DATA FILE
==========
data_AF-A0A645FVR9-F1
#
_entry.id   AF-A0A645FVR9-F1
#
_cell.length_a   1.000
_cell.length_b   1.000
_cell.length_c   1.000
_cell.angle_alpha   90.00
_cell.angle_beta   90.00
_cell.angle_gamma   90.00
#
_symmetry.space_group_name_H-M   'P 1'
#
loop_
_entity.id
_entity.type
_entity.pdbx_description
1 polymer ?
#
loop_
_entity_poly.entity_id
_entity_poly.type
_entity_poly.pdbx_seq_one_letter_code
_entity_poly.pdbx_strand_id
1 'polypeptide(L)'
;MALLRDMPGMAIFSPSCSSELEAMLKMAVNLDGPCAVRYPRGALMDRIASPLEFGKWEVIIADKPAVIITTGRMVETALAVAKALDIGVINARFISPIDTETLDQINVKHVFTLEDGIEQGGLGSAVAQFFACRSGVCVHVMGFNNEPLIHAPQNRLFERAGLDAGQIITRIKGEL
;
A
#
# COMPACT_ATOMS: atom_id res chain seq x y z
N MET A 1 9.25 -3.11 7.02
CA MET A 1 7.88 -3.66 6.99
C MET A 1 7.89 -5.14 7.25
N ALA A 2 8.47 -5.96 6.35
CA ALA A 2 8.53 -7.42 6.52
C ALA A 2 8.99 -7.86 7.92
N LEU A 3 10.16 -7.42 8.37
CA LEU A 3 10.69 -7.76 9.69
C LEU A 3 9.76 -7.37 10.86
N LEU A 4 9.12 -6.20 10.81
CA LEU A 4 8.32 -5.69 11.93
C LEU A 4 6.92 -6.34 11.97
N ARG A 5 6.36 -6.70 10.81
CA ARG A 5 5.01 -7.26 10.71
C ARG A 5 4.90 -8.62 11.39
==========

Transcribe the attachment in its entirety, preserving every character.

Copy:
data_AF-A0A645FVR9-F1
#
_entry.id   AF-A0A645FVR9-F1
#
_cell.length_a   1.000
_cell.length_b   1.000
_cell.length_c   1.000
_cell.angle_alpha   90.00
_cell.angle_beta   90.00
_cell.angle_gamma   90.00
#
_symmetry.space_group_name_H-M   'P 1'
#
loop_
_entity.id
_entity.type
_entity.pdbx_description
1 polymer ?
#
loop_
_entity_poly.entity_id
_entity_poly.type
_entity_poly.pdbx_seq_one_letter_code
_entity_poly.pdbx_strand_id
1 'polypeptide(L)'
;MALLRDMPGMAIFSPSCSSELEAMLKMAVNLDGPCAVRYPRGALMDRIASPLEFGKWEVIIADKPAVIITTGRMVETALAVAKALDIGVINARFISPIDTETLDQINVKHVFTLEDGIEQGGLGSAVAQFFACRSGVCVHVMGFNNEPLIHAPQNRLFERAGLDAGQIITRIKGEL
;
A
#
# COMPACT_ATOMS: atom_id res chain seq x y z
N MET A 1 9.25 -3.11 7.02
CA MET A 1 7.88 -3.66 6.99
C MET A 1 7.89 -5.14 7.25
N ALA A 2 8.47 -5.96 6.35
CA ALA A 2 8.53 -7.42 6.52
C ALA A 2 8.99 -7.86 7.92
N LEU A 3 10.16 -7.42 8.37
CA LEU A 3 10.69 -7.76 9.69
C LEU A 3 9.76 -7.37 10.86
N LEU A 4 9.12 -6.20 10.81
CA LEU A 4 8.32 -5.69 11.93
C LEU A 4 6.92 -6.34 11.97
N ARG A 5 6.36 -6.70 10.81
CA ARG A 5 5.01 -7.26 10.71
C ARG A 5 4.90 -8.62 11.39